Homemade tagliatelle sauced with wild boar was followed by apple strudel with poppy seed and pine nuts, which was unusual and not quite to our taste, and a sweet, unleavened dough filled with jam and served with vanilla sauce. With water, wine and coffee, the bill came 67.30€. Homemade grappa was offered.
The Devetak family has joined the movement to bring back traditional breads. Cheese sticks were thin and crispy, crostata was crunchy. The heritage breads were presented as part of the “Let’s Save the Bread” campaign undertaken by 20 restaurateurs in the region who are “raising the alarm to save the traditionally naturally leavened fresh bread.” The manifesto went on to say, the “market is overrun with frozen bread, often produced outside of Italy. Bread that is reheated just before going on to the shelves, and sold as fresh. And, there is worse to come: it’s made with flours mixed with self-raising substances to drastically reduce the preparation time. This means the job of of the yeasts continues in our stomachs, so the digestion process after eating this type of bread (and sweet buns or pizzas) is long and hard…….We have to turn back to the traditional, fresh, digestible bread made as it has been for thousands of years: grain, flour, natural yeast and water.” Their passion is contagious.
It was so nice to see people doing something well over a sustained period of time and generations.
de Toni, Piazza Duca d’Aosta, 37, Grado. A very good restaurant for fritto misto and fish prepared well and served in an attractive setting in the old quarter. Not just a tourist place in a resort town. Our bill was 49€ for a fritto misto, a grilled orate, a salad, and water.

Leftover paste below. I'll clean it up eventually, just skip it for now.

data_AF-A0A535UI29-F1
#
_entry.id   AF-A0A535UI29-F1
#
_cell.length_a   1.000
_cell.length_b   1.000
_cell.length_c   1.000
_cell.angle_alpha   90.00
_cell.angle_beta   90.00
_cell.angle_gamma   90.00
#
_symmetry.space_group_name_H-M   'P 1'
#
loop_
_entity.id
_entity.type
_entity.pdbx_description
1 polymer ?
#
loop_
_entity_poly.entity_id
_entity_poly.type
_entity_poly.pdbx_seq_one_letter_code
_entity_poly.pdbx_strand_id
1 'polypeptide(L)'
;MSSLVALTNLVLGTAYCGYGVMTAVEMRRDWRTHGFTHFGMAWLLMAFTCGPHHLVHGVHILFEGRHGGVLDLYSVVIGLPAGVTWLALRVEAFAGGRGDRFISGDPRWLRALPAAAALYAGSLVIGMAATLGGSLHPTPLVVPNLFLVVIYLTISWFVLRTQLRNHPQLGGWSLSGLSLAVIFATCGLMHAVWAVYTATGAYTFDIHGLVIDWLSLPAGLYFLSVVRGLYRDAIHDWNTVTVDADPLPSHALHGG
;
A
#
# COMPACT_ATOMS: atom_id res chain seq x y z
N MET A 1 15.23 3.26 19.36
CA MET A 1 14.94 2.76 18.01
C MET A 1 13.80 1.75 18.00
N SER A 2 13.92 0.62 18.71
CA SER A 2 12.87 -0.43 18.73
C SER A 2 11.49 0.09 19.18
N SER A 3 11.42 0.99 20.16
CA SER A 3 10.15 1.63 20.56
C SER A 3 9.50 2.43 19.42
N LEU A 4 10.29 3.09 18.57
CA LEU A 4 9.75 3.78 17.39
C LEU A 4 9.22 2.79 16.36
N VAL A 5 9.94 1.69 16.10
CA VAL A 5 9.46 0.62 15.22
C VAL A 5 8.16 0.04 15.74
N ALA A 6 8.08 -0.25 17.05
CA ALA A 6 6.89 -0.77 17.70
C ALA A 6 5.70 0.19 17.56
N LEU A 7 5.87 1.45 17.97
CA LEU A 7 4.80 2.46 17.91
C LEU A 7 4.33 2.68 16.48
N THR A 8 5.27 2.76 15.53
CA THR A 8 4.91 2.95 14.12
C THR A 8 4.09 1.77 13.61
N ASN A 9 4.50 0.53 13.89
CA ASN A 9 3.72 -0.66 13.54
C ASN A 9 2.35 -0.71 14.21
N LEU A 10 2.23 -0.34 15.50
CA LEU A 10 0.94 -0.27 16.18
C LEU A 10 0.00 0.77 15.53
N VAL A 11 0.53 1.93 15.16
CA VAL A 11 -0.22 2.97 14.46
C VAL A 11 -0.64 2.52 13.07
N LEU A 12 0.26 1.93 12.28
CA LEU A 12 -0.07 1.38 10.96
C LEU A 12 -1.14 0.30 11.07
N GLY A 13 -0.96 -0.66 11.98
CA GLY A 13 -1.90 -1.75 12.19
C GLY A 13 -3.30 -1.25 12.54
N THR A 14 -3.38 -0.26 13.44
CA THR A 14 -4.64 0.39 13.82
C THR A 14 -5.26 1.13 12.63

Al Parco, Via Stretta del Parco, 7 33042 Buttrio. There is no sign visible at the entrance gate to this handsome stone edifice in a park-like setting. Fred, the loquacious Albanian-born waiter, gives good advice and says rightly that “the food here is very traditional, very simple and very good.”
Flower of radicchio of Gorizia with spek sautéed to golden with a warm sweet-sour vinaigrette, one of the most beautiful and most satisfying appetizers in the culinary heavens. Spectacular.
Prosciutto with fried zucchini flowers. Sweet prosciutto with tempura-like flowers that were hot, crisp and crunchy.
Carpaccio of deep red, very fresh, thinly sliced venison with with tiny flecks of raw horseradish, a drizzle of olive oil, a raspberry, blackberry and kumquat and pomegranate seeds had a fresh and delicate taste, not a bit gamey. A large portion. Served with a piece of crostada. It was interesting, new to us, and delicious.
Homemade and very thin tagliatelle with green and white asparagus in a cream sauce sprinkled with cheese. We had glasses of Pinot Griglio Meroi to begin and Sauvignon Meroi with the venison.
Fred said, as he has before, that he would make us a good bill and he did. “It came to 300, but I made it 60.” We happily paid.
Trattoria Barcaneta in Piazza Marii, 7, Marano Luganare, a particularly pretty fishing port where Claudio Moretti presides at his restaurant with a precision bordering on brilliance. It was an extraordinary lunch and one we would not have had had without a recommendation from the waiter at another restaurant. The dishes are interesting and composed of fresh ingredients simply dressed, but it was one of the few times in our half century of eating out when every single ingredient was perfection. Nothing was overcooked; nothing was under dressed; nothing was amiss. Flavors, even when unusual, worked.
Insalata di piovra con rosa di Gorizia e brovada crudo: thin slices of chilled octopus with Goritzian radicchio and shreds of pickled turnip. Very lightly dressed in oil.
The little plate of lightly battered tiny shrimp and fish chef offered as an adjunct may have been the best fritto misto we’ve ever enjoyed. They were piping hot and crunchy, a rarity.
Codine di gambero su letto di peperoni: prawn were delicate yet with a distinct, fresh flavor and served on a slight squiggle of pepper sauce. Possibly the star of the day.
Filetto di orata scottato con radicchio di Treviso et crema di aceto balsamico; an interesting combination with the tart radicchio.
Spaghetti di Gragnano con fasolari (a red fleshed mollusc) e aspargi (green and white).